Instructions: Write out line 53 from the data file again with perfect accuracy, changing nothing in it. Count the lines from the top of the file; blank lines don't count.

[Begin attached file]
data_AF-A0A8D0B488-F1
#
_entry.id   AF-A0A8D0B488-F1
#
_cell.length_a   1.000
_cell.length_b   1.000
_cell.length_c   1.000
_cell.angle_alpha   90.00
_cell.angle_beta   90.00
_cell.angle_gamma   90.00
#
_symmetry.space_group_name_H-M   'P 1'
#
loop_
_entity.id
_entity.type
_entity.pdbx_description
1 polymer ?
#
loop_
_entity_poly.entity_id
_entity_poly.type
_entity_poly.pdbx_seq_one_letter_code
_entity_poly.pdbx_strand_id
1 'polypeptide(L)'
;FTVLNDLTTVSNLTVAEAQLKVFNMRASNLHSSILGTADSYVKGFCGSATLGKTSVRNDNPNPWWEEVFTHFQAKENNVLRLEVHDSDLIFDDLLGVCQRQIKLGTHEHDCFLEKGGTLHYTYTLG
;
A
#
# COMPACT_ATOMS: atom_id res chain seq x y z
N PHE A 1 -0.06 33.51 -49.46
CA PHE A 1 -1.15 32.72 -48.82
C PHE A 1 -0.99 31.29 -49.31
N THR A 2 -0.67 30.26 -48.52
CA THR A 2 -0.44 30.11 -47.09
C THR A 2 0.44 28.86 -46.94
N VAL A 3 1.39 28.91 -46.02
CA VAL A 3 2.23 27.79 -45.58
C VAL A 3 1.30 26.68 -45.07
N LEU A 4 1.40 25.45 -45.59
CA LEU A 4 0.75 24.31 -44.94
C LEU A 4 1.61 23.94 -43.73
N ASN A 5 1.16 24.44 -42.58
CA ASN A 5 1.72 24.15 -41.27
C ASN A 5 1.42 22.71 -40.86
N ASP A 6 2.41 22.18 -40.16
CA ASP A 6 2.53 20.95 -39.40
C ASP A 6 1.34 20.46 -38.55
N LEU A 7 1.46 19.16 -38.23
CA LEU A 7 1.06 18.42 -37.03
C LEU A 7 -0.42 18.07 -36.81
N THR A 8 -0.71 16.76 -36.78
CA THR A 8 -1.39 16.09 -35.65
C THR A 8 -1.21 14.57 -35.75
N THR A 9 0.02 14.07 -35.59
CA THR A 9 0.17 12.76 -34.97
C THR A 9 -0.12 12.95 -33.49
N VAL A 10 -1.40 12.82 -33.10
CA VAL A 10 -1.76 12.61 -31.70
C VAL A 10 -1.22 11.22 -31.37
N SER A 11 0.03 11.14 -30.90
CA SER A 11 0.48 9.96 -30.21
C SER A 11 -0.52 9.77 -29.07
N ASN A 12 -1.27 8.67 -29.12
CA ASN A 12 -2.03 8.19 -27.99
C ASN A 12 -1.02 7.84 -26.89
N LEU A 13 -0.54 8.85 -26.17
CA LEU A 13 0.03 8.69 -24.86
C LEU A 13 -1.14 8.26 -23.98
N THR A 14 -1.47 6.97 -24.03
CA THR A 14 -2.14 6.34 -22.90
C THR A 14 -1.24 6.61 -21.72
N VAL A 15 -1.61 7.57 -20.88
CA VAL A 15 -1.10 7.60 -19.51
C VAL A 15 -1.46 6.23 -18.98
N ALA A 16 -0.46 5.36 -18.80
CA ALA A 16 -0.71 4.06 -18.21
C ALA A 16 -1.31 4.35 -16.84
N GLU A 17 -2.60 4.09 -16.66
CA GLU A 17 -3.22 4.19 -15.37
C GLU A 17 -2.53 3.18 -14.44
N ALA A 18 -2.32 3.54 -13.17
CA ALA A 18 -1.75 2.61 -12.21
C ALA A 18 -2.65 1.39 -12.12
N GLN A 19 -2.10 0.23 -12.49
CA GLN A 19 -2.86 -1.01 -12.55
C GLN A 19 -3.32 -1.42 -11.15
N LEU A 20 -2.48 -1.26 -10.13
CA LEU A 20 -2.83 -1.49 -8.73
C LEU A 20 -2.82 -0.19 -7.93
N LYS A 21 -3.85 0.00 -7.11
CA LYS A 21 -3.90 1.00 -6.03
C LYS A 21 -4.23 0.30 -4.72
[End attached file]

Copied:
CA THR A 8 -1.39 16.09 -35.65